• Industry Experience. In some organizations, industry experience carries weight. For example, aerospace and defense have special regulations that all companies have to follow to succeed. In that case, it would be reasonable to ask if the identity management provider has such industry experience. If the company has no experience with your exact industry, look at their experience in other ways. For example: do they have the capability to serve thousands of employees every day?
  • Presentation Quality. If you are inviting sales professionals to your office, take the time to evaluate their presentation. Points to consider include: how well the person answered your questions, quality of the product demo and whether you were buried under jargon. If a company cannot clearly communicate during sales, that is a bad sign. Conversely, a presenter who takes the time to answer all of your questions is a positive sign.
  • IT Security Evaluation. Bring this selection criterion into play once you have a shortlist; it is more involved. Points to consider include: security certifications held by the company’s staff, third party security tests and compliance with industry standards. You might also consider carrying out penetration testing and other security tests to evaluate the software.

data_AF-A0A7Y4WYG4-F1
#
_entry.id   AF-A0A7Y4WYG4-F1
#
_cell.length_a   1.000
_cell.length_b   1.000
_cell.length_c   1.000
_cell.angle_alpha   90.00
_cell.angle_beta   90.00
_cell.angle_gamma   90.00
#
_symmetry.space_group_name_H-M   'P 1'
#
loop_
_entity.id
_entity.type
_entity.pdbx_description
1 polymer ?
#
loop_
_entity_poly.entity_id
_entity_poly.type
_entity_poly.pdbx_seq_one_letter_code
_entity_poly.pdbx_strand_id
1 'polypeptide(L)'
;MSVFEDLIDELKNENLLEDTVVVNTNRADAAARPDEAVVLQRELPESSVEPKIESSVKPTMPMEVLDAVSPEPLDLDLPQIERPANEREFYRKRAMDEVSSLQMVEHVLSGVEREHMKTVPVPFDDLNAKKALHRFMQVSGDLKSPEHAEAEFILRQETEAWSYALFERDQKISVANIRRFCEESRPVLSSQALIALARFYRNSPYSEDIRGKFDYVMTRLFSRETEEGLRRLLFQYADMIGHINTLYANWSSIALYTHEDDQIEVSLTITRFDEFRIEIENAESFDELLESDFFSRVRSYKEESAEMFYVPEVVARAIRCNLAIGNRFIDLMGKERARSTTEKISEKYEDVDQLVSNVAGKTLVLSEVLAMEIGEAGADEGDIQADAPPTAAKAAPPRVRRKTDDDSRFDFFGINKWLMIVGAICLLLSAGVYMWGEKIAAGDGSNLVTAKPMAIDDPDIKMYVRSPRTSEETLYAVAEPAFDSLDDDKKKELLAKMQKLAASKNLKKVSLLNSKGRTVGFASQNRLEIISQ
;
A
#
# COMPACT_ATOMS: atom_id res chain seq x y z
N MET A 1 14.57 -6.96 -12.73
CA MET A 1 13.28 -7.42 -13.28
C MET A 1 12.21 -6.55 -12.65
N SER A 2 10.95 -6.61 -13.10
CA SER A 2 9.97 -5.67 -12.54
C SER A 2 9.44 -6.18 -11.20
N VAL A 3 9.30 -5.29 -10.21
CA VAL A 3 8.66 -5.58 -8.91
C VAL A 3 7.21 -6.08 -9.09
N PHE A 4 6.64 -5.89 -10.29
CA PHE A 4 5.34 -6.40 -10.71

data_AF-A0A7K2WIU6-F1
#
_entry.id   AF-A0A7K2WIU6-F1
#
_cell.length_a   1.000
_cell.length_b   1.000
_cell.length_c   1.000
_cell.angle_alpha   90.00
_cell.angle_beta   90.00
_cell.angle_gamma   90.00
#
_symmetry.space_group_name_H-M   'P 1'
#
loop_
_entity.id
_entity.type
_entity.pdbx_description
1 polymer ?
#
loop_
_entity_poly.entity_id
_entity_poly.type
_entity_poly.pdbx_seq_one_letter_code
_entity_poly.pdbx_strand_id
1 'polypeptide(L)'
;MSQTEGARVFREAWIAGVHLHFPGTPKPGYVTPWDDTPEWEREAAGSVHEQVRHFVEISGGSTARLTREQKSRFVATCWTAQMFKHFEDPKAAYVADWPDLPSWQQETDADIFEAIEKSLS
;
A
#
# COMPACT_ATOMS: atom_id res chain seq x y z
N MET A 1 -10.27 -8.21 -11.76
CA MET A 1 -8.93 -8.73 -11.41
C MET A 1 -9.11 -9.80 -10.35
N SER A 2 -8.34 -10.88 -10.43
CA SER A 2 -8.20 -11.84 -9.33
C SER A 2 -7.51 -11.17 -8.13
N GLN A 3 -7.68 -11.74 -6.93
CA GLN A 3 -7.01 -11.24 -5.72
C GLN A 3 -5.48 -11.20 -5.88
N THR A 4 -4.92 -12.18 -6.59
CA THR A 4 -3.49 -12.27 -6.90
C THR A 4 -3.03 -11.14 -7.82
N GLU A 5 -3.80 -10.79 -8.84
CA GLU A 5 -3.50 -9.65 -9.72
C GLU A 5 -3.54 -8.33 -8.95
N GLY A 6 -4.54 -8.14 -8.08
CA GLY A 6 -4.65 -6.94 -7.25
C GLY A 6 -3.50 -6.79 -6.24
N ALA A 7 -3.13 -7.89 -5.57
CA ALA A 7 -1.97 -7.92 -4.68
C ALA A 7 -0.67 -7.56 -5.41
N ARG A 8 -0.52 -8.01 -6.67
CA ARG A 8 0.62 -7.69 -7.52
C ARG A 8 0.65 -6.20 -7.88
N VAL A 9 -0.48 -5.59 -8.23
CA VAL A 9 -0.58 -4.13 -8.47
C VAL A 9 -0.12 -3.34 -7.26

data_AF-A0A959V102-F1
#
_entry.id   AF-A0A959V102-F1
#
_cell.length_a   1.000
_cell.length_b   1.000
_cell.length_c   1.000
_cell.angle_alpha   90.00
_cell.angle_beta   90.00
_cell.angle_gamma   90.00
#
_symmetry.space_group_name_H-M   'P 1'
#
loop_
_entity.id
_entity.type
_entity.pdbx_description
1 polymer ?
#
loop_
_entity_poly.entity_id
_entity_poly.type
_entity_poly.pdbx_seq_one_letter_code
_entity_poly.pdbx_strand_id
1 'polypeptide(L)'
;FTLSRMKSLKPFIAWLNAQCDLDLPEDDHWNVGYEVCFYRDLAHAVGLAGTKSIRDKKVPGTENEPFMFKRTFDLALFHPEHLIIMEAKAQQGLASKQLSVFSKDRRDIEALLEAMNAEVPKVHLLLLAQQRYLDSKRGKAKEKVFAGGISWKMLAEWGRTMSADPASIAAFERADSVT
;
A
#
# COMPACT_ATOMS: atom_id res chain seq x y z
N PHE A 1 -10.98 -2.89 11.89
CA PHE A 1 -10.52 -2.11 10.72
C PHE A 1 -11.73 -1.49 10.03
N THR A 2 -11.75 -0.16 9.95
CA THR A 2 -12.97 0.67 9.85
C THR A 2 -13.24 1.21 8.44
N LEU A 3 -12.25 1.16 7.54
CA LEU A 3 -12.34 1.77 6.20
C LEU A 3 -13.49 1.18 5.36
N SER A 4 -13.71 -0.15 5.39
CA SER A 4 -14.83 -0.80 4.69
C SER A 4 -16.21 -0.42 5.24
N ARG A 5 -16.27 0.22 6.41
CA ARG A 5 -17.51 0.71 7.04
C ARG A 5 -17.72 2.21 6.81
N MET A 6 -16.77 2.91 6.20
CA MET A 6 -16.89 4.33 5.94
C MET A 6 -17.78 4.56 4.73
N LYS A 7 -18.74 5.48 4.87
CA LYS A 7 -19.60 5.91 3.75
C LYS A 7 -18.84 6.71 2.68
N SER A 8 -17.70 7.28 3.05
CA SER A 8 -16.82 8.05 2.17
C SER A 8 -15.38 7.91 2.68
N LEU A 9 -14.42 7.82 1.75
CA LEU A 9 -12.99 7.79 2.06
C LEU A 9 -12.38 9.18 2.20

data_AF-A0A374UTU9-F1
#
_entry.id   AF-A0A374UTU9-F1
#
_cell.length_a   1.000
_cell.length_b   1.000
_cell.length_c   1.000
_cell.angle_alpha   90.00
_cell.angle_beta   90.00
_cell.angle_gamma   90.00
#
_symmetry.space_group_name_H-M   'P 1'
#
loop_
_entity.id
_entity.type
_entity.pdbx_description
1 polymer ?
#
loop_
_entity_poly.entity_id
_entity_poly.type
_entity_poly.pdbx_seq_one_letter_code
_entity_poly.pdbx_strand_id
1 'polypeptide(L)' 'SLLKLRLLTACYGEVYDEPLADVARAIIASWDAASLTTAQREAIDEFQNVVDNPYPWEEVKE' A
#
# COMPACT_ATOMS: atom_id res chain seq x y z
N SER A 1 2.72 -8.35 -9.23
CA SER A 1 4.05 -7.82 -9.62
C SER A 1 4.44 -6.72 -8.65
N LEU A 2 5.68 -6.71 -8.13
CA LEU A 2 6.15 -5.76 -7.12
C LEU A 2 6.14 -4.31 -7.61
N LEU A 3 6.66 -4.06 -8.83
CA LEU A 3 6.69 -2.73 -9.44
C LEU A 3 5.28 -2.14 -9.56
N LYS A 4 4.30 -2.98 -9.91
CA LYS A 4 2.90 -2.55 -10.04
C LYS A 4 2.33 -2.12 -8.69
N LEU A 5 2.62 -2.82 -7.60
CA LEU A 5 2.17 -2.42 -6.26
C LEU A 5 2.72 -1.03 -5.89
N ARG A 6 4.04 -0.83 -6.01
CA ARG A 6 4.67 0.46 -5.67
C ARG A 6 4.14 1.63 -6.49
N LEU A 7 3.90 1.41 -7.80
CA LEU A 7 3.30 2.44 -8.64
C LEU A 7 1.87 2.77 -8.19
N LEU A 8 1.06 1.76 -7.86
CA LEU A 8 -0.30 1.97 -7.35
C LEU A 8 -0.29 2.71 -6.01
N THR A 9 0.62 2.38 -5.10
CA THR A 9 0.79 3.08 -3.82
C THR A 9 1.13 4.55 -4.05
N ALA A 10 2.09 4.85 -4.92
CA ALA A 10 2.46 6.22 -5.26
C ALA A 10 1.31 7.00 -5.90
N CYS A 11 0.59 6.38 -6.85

• Mobile Device Compatibility. Even in 2017, many enterprise software applications do not work well on mobile devices. That limitation translates into delayed approvals and diminished productivity. Make sure that you look at the security and usability of smartphone access.

How to Use Key Selection Criteria: Make the Buying Decision

Whew! At this stage, you have created a long list of selection criteria. You have questioned company representatives, carried out tests and read product data. How do you make sense of all this information? Coming up with a weighted scoring system is one approach. For example, assign a maximum possible score of 100 points for each evaluated product. Allocate a certain number of points to each selection criteria (e.g. 20 points for price, 5 points for training, 10 points for after sales support, 15 points for industry experience, etc.). The evaluation process requires the art of professional judgement and the science of weighting selection criteria to reflect your priorities.

Putting your key selection criteria into practice is an excellent way to keep your purchases focused and disciplined. Instead of being led astray by shiny new technology, you will make purchases that reflect your needs. Further, you will have a robust process to show audit and your management if you are asked to explain your decision.


How To Prepare and Evaluate Tenders (Chartered Institute of Procurement & Supply)

Increased Transparency in Bases of Selection and Award Decisions (International Public Procurement Conference)

Software Evaluation Guide (Software Sustainability Institute)

Written by Nelson Cicchitto